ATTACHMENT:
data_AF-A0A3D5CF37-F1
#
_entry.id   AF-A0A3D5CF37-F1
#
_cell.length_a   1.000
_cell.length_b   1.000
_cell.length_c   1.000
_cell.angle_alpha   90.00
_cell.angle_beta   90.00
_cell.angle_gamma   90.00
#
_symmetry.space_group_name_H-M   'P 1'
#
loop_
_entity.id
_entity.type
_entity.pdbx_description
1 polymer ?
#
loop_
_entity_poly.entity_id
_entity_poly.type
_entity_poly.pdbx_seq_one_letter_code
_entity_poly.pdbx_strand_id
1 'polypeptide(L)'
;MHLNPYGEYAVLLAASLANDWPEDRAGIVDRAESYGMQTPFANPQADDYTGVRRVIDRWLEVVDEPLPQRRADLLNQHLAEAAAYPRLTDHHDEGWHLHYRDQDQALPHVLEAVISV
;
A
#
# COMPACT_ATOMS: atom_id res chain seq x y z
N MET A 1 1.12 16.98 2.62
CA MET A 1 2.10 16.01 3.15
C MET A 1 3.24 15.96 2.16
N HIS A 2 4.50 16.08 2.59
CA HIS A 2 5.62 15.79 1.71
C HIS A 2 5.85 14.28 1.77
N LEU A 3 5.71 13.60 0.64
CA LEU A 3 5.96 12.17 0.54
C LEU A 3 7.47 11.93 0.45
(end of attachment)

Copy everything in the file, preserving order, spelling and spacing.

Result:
data_AF-A0A3D5CF37-F1
#
_entry.id   AF-A0A3D5CF37-F1
#
_cell.length_a   1.000
_cell.length_b   1.000
_cell.length_c   1.000
_cell.angle_alpha   90.00
_cell.angle_beta   90.00
_cell.angle_gamma   90.00
#
_symmetry.space_group_name_H-M   'P 1'
#
loop_
_entity.id
_entity.type
_entity.pdbx_description
1 polymer ?
#
loop_
_entity_poly.entity_id
_entity_poly.type
_entity_poly.pdbx_seq_one_letter_code
_entity_poly.pdbx_strand_id
1 'polypeptide(L)'
;MHLNPYGEYAVLLAASLANDWPEDRAGIVDRAESYGMQTPFANPQADDYTGVRRVIDRWLEVVDEPLPQRRADLLNQHLAEAAAYPRLTDHHDEGWHLHYRDQDQALPHVLEAVISV
;
A
#
# COMPACT_ATOMS: atom_id res chain seq x y z
N MET A 1 1.12 16.98 2.62
CA MET A 1 2.10 16.01 3.15
C MET A 1 3.24 15.96 2.16
N HIS A 2 4.50 16.08 2.59
CA HIS A 2 5.62 15.79 1.71
C HIS A 2 5.85 14.28 1.77
N LEU A 3 5.71 13.60 0.64
CA LEU A 3 5.96 12.17 0.54
C LEU A 3 7.47 11.93 0.45